Henrico’s Top Teachers – Julie Richardson
Godwin H.S., social studies
Julie Richardson has a way with her students, said a colleague who nominated her, that draws them to her and makes them want to keep in touch well after they have graduated.
A teacher of social studies at both the honors and AP levels, she is known as one of the best teachers at Godwin – respected by both students and faculty.
"She holds the students to a very high standard," said her colleague. "She challenges them and they come away better writers, thinkers and people.
"The impact she has on her students is profound."
Among those who had a similar profound effect on Richardson were her history teachers at Huguenot High School, who helped instill in her the love of the subject that made her want to teach.
"I wanted to be able," Richardson said, "to share that love with students." She also cited a number of college professors who influenced her, including Harold Greer, Rosemary Gallaher, Kathy Fuller, and Hussein Mustafa at Virginia Commonwealth University.
Richardson had no hesitation in naming her most formidable challenge as the pressures imposed on her schedule – especially by standardized testing. Under the testing time frame, she said, it can be extremely challenging "to teach in a meaningful manner."
But she has clearly met the challenge successfully – as her former students tell her often.
"On a daily basis I get emails from former students thanking me for preparing them for college," she said. " I just got one last week, bragging about how much better she is doing in college because I required them to complete many writing assignments. "
A colleague noted that with one student in particular, Richardson did more than just prepare him for college; she had a life-altering effect on his reactionary attitudes.
"One of her students she had as a freshman was from an overtly racist family," wrote her fellow teacher. "Julie is black, and she may have been the first, if not one of the few, black people he had interacted with."
Now serving in the US Navy, the student gradually changed his views and came to respect and admire Richardson. "With her patience and personality, she was able to replace ignorance with appreciation and knowledge," wrote Richardson's co-worker. "She is one of the only teachers he comes back to visit when he is on leave.
"Julie was a major influence on shaping this young man not only academically," the teacher wrote, "but in overcoming a viewpoint that would have shaped his life in such a negative way."
Lewis Ginter Botanical Garden’s admission has increased by $1 across all categories. Admission is now $12 for adults; $11 for seniors ages 55 and older; and $8 for children ages 3–12. Admission remains free for children ages 3 and younger and for members.
The last price increase was in 2011, before the Garden consistently hosted Butterflies LIVE! (which is included with admission). > Read more.
The threat of bad weather didn’t keep visitors away from Lewis Ginter Botanical Garden July 10 for the facility’s weekly Flowers After 5 event (which pairs music and food with a chance to stroll the garden) and its monthly Fidos After 5 (which allows dog owners to bring their pets with them to enjoy the evening). > Read more.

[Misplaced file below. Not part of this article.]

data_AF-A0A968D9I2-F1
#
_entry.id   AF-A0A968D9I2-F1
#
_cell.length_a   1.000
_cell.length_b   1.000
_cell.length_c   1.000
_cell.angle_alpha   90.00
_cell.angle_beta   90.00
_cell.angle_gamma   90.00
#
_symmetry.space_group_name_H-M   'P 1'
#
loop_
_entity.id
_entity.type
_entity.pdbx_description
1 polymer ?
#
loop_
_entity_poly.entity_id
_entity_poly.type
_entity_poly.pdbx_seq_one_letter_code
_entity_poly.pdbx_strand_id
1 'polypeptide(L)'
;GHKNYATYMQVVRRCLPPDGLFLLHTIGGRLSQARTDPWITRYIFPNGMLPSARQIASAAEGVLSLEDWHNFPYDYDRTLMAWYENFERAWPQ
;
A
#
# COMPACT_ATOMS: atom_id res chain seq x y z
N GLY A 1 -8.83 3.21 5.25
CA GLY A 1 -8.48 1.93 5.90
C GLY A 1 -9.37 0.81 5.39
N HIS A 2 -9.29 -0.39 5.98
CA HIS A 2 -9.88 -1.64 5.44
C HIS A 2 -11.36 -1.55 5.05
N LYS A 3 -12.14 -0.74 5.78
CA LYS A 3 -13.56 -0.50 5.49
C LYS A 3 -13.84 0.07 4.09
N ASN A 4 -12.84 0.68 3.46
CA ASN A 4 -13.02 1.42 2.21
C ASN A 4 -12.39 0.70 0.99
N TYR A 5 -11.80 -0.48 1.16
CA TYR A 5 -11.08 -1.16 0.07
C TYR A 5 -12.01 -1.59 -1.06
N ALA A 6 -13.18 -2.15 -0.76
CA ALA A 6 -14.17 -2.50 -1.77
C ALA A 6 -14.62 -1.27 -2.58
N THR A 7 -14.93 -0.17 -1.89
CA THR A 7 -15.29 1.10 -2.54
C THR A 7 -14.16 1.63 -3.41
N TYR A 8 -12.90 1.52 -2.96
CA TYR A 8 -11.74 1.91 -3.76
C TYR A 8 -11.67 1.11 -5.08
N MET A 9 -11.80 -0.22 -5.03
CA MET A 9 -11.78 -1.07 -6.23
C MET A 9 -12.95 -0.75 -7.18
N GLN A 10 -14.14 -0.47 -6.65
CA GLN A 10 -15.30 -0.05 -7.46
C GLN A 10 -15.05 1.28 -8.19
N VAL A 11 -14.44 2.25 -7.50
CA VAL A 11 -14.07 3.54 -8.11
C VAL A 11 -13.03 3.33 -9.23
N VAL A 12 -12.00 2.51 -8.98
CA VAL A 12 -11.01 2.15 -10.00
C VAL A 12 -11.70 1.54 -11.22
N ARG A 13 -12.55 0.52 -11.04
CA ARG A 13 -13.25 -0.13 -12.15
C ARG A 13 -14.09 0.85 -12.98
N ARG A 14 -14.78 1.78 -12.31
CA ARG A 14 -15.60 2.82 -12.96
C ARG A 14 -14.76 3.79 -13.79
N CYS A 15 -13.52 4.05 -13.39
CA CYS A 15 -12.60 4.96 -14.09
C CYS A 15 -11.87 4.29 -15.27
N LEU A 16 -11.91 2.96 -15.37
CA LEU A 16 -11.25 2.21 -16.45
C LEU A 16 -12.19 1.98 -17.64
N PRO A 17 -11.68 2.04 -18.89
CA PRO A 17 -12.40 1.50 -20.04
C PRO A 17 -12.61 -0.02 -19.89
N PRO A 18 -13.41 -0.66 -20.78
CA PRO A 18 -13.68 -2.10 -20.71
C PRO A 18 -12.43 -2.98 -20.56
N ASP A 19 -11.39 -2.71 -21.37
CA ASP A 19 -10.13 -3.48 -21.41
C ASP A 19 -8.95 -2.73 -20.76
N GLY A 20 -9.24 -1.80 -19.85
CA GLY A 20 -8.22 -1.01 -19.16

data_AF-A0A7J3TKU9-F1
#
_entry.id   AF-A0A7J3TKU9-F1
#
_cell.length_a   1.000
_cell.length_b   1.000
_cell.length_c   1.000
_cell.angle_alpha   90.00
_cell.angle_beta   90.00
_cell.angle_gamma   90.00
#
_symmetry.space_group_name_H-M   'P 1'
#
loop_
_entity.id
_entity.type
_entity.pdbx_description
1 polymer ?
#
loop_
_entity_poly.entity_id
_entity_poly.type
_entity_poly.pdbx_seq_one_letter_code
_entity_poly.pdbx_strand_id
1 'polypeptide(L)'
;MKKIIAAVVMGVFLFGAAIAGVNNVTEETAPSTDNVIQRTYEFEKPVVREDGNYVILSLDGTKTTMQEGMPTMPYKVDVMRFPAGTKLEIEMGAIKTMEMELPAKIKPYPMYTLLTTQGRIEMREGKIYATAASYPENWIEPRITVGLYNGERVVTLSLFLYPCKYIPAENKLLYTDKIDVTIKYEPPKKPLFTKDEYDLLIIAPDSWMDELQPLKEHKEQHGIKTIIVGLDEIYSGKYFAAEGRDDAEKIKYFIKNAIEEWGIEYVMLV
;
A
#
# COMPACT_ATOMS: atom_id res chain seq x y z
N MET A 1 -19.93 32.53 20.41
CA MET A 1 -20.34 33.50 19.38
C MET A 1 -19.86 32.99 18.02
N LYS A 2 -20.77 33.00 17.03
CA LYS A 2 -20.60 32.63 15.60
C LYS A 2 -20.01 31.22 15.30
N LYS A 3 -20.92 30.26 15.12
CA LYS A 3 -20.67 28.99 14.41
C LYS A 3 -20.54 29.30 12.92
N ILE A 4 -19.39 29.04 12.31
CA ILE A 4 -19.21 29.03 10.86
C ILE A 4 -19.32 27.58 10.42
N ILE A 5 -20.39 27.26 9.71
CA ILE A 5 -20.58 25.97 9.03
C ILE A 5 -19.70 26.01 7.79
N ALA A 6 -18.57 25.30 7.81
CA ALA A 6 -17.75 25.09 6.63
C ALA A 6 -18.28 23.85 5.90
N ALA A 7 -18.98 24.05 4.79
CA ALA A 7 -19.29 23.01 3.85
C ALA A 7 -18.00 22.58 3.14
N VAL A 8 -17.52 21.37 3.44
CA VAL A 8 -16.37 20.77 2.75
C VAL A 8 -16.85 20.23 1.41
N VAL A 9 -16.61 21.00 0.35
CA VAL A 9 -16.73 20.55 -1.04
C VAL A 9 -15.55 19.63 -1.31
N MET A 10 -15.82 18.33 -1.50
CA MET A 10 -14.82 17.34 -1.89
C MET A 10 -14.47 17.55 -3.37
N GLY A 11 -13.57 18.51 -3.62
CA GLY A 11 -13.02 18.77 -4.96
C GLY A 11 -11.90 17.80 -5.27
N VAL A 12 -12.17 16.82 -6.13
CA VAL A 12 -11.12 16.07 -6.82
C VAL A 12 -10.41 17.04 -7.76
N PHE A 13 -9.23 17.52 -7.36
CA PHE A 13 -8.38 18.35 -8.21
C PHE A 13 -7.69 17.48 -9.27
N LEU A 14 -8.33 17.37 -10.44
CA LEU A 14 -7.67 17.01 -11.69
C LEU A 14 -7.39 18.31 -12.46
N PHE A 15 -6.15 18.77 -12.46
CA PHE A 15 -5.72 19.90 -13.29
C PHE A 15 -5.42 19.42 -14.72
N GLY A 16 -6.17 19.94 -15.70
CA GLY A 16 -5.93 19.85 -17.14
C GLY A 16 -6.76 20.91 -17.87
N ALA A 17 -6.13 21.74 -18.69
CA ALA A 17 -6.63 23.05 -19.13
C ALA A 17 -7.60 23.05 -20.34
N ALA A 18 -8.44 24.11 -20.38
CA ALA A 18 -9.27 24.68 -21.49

Thanks in part to a $10,000 gift from the Western Henrico Rotary Club, another bright pink Jeep modified to travel extremely rough terrain has been delivered to Midwives For Haiti so that more pregnant women in the quake-ravaged country will have access to prenatal care and a greater chance of surviving childbirth.
The funds were raised at the annual casino night held in February, club president Adam Cherry said. The Rotary Club also helped purchase the Virginia-based charity’s first pink jeep three years ago. > Read more.
Take in a show at several locations this weekend! West End Comedy will provide laughs at HATTheatre; the production of “Pump Boys and Dinettes” will close Sunday; and the youth theatre company CharacterWorks will present “Footloose” at The Steward School. Another show perfect for the kids – “Despicable Me 2” is playing at the Eastern Henrico Recreation Center tonight. For all our top picks this weekend, click here! > Read more.
‘Earth to Echo’ aims to become this generation’s ‘ET’
It’s no secret that all found-footage genre movies are the same. Grab a couple of characters, give one of them a camera, and expose them to something supernatural that’s content to lurk just off-screen until the last five minutes. Everything else will just fall into place.
But that formula isn’t particularly family friendly, if only because that thing waiting a few feet to the left of the cast is usually plotting their violent doom.
That’s what sets Earth to Echo apart from the pack. It, too, follows a group of characters armed with a camera and a tendency to encounter unknown life forms. But all those familiar parts have been rearranged just enough to make it suitable for a much younger audience. > Read more.
An eclectic array of events are taking place this weekend throughout the county. In the West End, we have the Richmond Wedding Expo, the Under the Stars Family Film Series and Henrico Theatre Company’s production of “Pump Boys and Dinettes.” In the eastern part of the county, we have a blood drive at the Eastern Henrico Recreation Center, Gallmeyer Farm’s annual Sweet Corn Festival and an origami workshop at Fairfield Library. For all our top picks this weekend, click here! > Read more.
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CalendarThe Henrico Concert Band will perform at 7 p.m. at Dorey Park, 2999 Darbytown Rd. Bring a blanket or lawn chair and spend a casual evening by the lake. Admission… Full text